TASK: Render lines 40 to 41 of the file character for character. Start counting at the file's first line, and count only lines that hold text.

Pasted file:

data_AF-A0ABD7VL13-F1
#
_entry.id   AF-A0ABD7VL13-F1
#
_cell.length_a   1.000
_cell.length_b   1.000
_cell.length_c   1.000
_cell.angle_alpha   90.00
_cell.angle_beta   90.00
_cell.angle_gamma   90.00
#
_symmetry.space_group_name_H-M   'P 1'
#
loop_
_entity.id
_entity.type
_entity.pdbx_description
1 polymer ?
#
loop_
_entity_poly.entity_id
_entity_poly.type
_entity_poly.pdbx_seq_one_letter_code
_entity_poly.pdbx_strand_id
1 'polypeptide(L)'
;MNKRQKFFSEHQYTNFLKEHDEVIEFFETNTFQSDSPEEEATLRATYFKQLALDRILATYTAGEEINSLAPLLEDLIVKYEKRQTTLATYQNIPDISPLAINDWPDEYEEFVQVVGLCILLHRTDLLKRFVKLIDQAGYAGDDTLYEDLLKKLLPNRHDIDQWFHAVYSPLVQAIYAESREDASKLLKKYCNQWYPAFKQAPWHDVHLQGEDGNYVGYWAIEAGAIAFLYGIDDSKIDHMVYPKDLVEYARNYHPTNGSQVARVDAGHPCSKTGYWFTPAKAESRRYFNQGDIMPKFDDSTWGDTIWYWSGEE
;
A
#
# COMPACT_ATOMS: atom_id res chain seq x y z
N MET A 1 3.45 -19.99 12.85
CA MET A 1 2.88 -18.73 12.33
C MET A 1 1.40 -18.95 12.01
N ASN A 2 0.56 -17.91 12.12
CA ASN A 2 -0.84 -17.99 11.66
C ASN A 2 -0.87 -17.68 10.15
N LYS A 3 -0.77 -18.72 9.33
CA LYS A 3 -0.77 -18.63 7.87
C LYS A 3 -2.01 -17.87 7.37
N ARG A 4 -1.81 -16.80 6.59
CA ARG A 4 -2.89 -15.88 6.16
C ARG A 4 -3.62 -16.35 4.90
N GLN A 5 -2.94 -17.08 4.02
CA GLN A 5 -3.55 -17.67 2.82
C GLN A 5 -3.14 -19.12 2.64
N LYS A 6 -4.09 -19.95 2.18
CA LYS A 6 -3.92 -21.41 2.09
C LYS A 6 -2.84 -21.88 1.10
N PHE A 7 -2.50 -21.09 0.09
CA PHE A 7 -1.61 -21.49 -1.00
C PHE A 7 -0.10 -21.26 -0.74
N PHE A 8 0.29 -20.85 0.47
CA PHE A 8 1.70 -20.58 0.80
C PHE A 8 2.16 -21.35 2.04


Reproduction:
N ARG A 4 -1.81 -16.80 6.59
CA ARG A 4 -2.89 -15.88 6.16